In Oak Park last spring, we had a food truck rally that can only be described as a "disappointing success." This parking lot-based (Pilgrim Church) gathering of food trucks generated a huge turnout of villagers — so much so that some vendors ran out of supplies within the first 30 minutes and many more within the first hour. Same thing happened at the very first food truck rally at Goose Island in Chicago several years ago.
In Oakland, Calif., last month, we went to a food truck rally that had similar problems: Trucks ran out of product well before the end of the event, and quality was subpar. We had a hamburger at Doc's of the Bay food truck — voted #1 food truck hamburger in the area by Serious Eats — and it was dismal. The gimmick at this vendor was that the hamburger is smashed on the griddle with a "sad iron," which was supposed to make it crisp on the outside and juicy on the inside, but it was overall a mouthful of undercooked mush.
Food truck rallies are, I believe, doomed because:
1) Food truck crews are usually unprepared for turning out food fast for large crowds (regular street-based business flow is usually slower, with people coming up randomly and lines usually small, so crews have time to prepare the food correctly).
2) Rallies defeat the whole purpose of food trucks, which is to bring food to you.
3) The very novelty of rallies draws big crowds, and when vendors run out of food without a supply chain established to replenish supplies immediately, they just drive away.
Of course, in Chicago and Oak Park, there are regulations that make it challenging for food trucks to, for instance, actually cook food on public streets, meaning there's a lot of prepackaged stuff that, you know, sometimes sucks big time.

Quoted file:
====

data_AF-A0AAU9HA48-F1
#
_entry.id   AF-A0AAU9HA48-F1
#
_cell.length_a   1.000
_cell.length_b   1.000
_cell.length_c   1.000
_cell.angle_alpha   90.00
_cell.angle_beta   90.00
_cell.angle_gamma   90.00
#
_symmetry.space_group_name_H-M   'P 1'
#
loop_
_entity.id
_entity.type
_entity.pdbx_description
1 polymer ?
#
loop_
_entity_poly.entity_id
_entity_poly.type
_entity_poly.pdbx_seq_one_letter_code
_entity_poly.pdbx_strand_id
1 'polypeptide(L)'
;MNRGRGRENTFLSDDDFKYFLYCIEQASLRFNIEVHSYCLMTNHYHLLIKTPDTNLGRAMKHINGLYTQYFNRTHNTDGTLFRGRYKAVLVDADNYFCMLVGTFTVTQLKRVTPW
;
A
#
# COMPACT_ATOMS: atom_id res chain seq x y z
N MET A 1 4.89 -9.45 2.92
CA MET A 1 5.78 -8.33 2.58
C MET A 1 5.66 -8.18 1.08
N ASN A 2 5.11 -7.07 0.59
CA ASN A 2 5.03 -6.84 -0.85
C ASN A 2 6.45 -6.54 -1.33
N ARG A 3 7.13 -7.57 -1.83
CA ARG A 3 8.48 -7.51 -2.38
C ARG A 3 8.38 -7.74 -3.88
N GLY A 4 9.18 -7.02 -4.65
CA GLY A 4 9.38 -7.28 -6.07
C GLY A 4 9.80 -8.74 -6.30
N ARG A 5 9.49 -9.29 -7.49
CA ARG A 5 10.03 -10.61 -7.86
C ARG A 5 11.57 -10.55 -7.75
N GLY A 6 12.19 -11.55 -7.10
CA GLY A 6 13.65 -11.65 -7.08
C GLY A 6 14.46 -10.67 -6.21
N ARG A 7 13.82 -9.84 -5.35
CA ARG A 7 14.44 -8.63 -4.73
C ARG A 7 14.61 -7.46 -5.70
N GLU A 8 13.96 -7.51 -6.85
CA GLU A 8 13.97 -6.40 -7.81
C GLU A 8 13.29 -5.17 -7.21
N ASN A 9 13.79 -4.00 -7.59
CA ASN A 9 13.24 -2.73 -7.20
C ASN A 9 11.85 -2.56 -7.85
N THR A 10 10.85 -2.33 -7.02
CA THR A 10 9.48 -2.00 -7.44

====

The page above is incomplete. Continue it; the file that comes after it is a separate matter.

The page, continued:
On the other hand, in Portland, Ore., earlier this month, I visited several "food cart pods," which are incredibly diverse collections of trailer-mounted kitchens that serve excellent food without any of the abovementioned food truck rally problems.
1) Food cart crews handle moderate crowds, in part because there are so many carts and pods to choose from, so they can keep quality levels high and prepare food correctly.
2) Carts are by nature stationary, so it's natural that you go to them, just as you would a brick-and-mortar restaurant, and they're always in the same place, so if you crave Georgian dumplings or Jamaican jerk chicken, you know where to go.
3) When they run low on food, cart vendors have systems established to replenish supplies, so it's less likely they'll run out.
In Portland, we were impressed with the quality and diversity of the food. Because pods are located on private property, they can cook on the spot, which radically increases the tastiness and the range of foods offered.
Also like food trucks, food carts provide an opportunity for small vendors to try out new things. One of my favorite carts was run by the friend of a buddy of mine: it's called Potato Champion, and it sells French fries with several different sauces. Across the street from the pod where Potato Champion is located is a restaurant called Lardo. Not long ago, Lardo was just another cart, but their product proved successful and now they've got a brick-and-mortar location. And that, as I understand it, is the dream of many food truck operators as well: to have their own restaurant.
So my question is: why don't places like Oak Park and Chicago set up food cart pods? I don't mean to minimize the likely hurdles, but if these mobile vendors are set up on private property — as was done at Oak Park's Pilgrim Church or Chicago's Goose Island for their food truck rallies — it'd be easier to deliver a high-quality product at a good price without encountering the problems that seem endemic to food truck rallies.
Answer Book 2017
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